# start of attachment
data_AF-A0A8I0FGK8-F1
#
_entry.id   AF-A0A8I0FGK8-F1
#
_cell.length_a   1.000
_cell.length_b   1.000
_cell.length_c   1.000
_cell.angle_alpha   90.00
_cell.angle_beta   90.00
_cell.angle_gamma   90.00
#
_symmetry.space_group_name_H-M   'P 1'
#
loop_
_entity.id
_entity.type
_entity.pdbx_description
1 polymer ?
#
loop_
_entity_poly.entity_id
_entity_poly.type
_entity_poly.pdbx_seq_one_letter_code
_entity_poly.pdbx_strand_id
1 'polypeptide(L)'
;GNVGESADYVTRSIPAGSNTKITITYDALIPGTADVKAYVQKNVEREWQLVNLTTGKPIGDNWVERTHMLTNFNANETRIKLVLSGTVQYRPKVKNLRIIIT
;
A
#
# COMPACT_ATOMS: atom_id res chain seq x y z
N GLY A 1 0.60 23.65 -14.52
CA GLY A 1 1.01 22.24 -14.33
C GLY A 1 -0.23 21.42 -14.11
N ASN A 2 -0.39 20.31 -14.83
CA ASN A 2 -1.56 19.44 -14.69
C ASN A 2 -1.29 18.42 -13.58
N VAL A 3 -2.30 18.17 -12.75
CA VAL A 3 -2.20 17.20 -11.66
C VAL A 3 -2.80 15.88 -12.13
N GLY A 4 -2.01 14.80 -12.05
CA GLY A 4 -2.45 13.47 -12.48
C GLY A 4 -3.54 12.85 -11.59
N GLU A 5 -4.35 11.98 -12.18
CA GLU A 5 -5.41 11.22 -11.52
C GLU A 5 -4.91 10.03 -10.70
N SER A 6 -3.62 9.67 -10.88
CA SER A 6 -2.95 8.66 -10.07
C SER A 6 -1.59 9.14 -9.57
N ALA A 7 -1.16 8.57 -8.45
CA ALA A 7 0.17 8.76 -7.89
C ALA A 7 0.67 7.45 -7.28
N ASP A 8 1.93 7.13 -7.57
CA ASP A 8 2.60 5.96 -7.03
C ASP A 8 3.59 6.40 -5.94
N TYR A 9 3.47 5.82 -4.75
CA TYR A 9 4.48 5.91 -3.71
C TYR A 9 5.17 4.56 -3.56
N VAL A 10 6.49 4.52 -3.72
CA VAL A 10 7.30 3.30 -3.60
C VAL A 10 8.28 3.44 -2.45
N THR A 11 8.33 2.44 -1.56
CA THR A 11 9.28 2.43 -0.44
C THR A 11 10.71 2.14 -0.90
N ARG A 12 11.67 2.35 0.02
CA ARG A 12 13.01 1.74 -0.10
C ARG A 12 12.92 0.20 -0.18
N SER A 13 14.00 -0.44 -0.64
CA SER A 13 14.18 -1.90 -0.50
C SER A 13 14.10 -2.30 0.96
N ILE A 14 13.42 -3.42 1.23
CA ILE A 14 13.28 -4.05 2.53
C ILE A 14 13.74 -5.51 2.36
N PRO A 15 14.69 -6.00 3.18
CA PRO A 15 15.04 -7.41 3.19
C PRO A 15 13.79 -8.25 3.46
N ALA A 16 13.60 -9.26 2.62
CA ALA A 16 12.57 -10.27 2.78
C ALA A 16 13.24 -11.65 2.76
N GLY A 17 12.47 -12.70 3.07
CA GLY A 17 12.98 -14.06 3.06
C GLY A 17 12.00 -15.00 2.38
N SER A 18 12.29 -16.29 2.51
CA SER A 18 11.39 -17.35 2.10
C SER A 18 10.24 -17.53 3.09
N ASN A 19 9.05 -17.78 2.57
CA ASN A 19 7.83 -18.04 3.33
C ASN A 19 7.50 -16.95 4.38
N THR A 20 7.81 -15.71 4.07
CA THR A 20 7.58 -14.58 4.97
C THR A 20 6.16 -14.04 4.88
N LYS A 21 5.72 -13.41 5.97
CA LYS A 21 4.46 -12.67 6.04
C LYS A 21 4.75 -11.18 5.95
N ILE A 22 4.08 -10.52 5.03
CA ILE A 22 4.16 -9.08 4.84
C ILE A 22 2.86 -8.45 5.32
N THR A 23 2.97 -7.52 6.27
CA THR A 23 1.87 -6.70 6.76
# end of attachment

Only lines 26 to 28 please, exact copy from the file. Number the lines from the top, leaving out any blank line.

;GNVGESADYVTRSIPAGSNTKITITYDALIPGTADVKAYVQKNVEREWQLVNLTTGKPIGDNWVERTHMLTNFNANETRIKLVLSGTVQYRPKVKNLRIIIT
;
A